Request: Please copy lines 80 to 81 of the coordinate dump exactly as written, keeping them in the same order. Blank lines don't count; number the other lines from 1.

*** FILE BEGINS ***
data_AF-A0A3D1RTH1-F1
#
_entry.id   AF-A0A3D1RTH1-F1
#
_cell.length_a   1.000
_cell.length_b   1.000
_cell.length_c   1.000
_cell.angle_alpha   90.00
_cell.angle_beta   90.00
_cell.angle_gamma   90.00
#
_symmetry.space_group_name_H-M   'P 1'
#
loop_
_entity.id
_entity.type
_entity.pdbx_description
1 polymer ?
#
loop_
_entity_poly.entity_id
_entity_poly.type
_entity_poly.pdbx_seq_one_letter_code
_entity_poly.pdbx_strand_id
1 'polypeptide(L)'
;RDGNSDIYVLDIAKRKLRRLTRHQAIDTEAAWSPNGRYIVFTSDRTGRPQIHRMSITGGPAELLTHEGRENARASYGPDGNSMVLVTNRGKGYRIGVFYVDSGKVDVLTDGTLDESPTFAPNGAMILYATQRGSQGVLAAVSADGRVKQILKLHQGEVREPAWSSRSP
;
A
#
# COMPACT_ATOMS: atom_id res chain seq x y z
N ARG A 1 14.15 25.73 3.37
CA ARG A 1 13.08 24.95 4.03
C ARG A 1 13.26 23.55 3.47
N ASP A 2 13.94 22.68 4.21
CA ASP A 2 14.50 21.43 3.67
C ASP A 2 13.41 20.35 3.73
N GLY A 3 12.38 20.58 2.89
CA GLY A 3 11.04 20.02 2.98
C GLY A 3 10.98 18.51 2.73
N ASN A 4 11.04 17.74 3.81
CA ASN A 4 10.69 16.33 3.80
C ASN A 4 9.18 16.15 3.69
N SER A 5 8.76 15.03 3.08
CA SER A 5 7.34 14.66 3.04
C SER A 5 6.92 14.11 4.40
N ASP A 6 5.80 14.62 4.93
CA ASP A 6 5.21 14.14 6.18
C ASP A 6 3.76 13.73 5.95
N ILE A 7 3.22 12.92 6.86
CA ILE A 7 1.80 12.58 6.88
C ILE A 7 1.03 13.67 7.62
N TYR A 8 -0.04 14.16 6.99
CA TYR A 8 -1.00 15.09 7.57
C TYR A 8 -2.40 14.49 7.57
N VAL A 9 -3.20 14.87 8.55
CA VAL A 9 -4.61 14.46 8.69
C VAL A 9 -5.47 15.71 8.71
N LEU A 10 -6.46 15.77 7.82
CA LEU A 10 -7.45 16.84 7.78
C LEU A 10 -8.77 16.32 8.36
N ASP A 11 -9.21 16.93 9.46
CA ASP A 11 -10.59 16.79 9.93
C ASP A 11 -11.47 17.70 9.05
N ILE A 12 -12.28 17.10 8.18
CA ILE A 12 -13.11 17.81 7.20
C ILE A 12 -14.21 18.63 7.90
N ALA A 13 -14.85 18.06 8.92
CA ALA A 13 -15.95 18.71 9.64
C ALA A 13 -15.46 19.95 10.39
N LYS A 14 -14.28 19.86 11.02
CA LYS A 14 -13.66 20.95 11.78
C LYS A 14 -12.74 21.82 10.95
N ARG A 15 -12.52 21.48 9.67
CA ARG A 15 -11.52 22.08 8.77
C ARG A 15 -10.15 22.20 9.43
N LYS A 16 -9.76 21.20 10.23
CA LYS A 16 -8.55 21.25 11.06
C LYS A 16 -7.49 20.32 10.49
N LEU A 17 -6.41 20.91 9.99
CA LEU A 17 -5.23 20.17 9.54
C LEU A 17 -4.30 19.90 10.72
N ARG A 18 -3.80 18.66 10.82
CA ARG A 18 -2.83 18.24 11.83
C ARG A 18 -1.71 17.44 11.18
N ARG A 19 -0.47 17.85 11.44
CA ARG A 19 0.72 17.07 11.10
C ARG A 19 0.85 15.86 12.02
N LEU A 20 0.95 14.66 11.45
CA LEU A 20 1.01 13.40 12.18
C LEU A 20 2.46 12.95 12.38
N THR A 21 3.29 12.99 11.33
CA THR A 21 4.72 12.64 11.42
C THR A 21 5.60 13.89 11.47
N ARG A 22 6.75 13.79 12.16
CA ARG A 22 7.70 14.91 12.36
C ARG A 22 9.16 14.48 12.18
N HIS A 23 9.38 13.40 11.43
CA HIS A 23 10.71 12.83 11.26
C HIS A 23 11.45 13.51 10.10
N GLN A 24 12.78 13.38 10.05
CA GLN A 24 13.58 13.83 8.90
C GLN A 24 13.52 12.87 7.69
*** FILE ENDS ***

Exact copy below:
CA LEU A 17 -5.23 20.17 9.54
C LEU A 17 -4.30 19.90 10.72